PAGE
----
Bull markets are wonderful…
You get to watch your stocks rise in value, of course.
Most folks overlook it because they don’t want to buy assets that are underperforming stocks.
And even fewer are ready to buy assets that are likely to lose money as the bull market continues.
And that’s a wonderful thing… because it means “portfolio insurance” is dirt-cheap right now. By some measures, it’s nearly as cheap as ever before.
Today, I’ll explain how it works – and why you should strongly consider it now, while it’s cheap. I’ll also point you to the best place to go for advice on how and what to buy.
This wealth-protection strategy is buying long-dated put options. The idea is simple…
When you buy a put option, you buy the right – but not the obligation – to sell a stock at a fixed price for a set period of time.
For example, you could buy the right to sell shares of tech giant Apple (AAPL) at $100 at any time up until January 2019. (Let’s say buying that right would cost you about $2.20 per share.)
If you own the stock, this puts a “floor” under your shares (at $100) because you have the right to sell the stock at that price. That’s one way these puts can act as a form of insurance… But it’s not the one I’m talking about today.
If you don’t own the stock, buying a put serves as a bet that the stock will fall…
Sticking with the example above, let’s say you believe that Apple will burn through its $257 billion in cash, competition will drive the company into the ground, and it will go bankrupt within the next year and a half.
You ignore the critics and buy the Apple January 2019 $100 puts for $2.20.
To the great surprise of everyone (but you), Apple goes bankrupt and shares drop to $0. The puts you bought for $2.20 per share are now worth $100 per share. A $220 bet turns into $10,000. A $660 bet turns into $30,000. It’s a 4,445% return.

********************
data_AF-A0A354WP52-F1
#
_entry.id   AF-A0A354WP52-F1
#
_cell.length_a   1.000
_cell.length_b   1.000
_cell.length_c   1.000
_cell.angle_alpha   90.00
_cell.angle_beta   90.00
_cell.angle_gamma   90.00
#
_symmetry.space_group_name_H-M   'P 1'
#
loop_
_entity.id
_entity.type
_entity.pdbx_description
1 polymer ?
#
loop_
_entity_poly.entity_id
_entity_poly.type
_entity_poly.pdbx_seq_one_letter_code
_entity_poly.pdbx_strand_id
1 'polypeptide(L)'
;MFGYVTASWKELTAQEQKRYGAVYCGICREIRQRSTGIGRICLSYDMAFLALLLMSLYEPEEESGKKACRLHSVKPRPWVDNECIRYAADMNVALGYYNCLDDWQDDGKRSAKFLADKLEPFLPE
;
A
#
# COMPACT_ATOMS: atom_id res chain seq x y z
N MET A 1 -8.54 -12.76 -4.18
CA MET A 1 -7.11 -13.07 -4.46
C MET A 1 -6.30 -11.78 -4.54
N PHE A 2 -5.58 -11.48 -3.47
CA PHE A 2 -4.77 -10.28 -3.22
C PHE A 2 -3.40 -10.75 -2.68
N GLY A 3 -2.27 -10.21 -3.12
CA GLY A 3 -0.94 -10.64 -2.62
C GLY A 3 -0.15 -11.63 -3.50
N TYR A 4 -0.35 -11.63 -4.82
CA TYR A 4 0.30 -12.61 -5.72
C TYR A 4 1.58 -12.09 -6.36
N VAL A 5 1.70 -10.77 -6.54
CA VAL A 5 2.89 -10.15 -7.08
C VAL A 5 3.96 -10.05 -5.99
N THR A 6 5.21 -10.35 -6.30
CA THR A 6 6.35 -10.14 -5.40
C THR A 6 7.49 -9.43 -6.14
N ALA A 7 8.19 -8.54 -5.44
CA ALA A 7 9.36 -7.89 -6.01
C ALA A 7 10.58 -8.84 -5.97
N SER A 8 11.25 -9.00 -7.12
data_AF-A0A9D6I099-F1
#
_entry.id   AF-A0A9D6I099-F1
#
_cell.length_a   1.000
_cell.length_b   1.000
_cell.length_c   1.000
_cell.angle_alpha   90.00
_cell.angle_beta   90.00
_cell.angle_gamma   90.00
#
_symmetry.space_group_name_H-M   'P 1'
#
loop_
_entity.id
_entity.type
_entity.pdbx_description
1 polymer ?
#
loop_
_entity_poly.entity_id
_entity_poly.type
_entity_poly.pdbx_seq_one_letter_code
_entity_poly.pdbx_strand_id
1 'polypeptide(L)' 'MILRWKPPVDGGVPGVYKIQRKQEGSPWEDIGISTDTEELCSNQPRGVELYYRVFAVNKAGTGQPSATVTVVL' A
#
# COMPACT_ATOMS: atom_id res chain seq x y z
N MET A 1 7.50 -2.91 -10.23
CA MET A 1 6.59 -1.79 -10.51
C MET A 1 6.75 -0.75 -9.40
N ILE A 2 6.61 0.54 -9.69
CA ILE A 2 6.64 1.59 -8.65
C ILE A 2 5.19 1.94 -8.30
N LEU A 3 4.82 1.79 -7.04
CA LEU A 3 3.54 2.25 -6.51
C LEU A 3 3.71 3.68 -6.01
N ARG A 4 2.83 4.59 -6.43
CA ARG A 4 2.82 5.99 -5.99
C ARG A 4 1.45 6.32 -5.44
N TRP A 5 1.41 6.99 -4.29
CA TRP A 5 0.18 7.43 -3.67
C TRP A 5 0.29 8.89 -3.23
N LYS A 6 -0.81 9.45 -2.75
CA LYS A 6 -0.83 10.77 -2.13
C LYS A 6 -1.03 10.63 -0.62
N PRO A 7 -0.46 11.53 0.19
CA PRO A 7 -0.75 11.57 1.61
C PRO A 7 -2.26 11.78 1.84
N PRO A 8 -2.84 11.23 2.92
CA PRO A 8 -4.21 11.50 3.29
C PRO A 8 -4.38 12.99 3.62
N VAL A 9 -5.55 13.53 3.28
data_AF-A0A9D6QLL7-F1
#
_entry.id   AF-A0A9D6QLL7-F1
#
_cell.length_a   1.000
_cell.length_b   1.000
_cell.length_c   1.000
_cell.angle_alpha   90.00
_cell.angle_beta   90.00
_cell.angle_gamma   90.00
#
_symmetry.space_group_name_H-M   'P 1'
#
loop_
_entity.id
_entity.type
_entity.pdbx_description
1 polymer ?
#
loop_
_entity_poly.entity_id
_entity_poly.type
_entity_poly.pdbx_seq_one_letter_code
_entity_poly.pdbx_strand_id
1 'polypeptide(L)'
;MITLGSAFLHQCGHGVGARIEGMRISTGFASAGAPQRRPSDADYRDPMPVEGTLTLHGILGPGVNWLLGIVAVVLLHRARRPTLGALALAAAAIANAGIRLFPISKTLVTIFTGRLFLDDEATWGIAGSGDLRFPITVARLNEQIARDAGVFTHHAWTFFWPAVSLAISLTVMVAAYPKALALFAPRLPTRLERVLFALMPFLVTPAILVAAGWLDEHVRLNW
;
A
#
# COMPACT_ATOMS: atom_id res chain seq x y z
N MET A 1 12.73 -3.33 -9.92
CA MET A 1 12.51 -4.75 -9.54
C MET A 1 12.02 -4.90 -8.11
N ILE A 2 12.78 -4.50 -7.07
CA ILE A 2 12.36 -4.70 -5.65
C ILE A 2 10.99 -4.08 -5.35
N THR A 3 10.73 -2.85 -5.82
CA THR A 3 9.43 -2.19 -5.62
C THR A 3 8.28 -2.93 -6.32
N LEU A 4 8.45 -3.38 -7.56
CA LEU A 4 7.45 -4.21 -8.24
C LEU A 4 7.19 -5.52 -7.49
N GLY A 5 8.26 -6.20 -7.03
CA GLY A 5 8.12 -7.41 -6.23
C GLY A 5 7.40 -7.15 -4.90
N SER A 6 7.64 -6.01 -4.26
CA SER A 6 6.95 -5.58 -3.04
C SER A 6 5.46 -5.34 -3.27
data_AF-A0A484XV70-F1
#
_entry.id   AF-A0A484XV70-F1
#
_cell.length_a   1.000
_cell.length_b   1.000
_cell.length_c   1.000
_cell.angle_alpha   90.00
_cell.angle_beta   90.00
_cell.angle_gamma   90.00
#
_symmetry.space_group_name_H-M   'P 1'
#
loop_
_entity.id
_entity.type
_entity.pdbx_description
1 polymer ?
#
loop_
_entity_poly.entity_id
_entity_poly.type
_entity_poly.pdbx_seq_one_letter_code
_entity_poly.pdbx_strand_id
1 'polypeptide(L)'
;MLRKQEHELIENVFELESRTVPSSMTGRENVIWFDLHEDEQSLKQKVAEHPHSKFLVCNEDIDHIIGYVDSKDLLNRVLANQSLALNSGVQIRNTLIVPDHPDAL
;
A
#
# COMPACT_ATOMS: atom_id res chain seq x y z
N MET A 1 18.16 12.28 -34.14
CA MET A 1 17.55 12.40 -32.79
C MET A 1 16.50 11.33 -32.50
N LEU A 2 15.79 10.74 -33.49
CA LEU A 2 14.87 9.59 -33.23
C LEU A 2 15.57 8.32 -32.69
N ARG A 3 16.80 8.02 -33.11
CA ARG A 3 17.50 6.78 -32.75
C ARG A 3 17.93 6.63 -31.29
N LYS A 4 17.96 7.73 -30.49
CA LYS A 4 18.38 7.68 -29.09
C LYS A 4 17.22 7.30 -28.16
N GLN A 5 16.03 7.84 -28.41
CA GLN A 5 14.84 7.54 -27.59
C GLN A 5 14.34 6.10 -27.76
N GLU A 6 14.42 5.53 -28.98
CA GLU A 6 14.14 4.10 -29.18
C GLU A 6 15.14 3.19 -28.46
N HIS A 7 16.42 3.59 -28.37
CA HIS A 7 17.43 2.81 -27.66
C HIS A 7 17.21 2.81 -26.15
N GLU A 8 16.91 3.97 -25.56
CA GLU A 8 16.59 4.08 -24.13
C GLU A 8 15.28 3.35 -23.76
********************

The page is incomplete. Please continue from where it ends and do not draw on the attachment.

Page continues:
In a bear market, that one small bet goes a long way toward helping you preserve or increase your wealth.
Now… I chose what is probably the least likely company in the world to go bankrupt before January 2019. But other companies are much more likely to meet their end in that time. If you buy puts on a bunch of them and a few work out, you’ll do wonders for your portfolio.
Now that you know how buying long-dated puts works as portfolio insurance, I want to explain why they’re so cheap right now…
It has to do with the Volatility Index (“VIX”). Traders often call it the market’s “fear gauge” because it rises when folks are worried about stock prices dropping, and it falls when they’re not.
The VIX works by measuring prices that people are willing to pay for options.
As we just covered, people buy put options when they’re worried about a crash. Put prices rise with demand… and that makes the VIX rise, too.
But right now, as you can see in the chart below, the VIX is near its lowest level ever. (It hit its second-lowest level in history, 9.36, on Friday.)
We used monthly data rather than daily data for this chart so the line would be clearer. But the VIX dropped below 10 in early 2007, not long before the market topped out. And the VIX peaked at 80.86 in late 2008, just before the market bottomed.
In other words, people are often willing to pay the most for portfolio insurance when they least need it… And they’re often not willing to pay low prices when they need it most.
It doesn’t always work out like that. Sometimes the VIX drops just before stocks make a huge run higher. That’s what happened after the VIX hit its lowest level ever in 1993.
But the fact remains, portfolio insurance is dirt-cheap today. You can ignore it… Or you can dramatically reduce your risk with very little money.
Source: Daily Wealth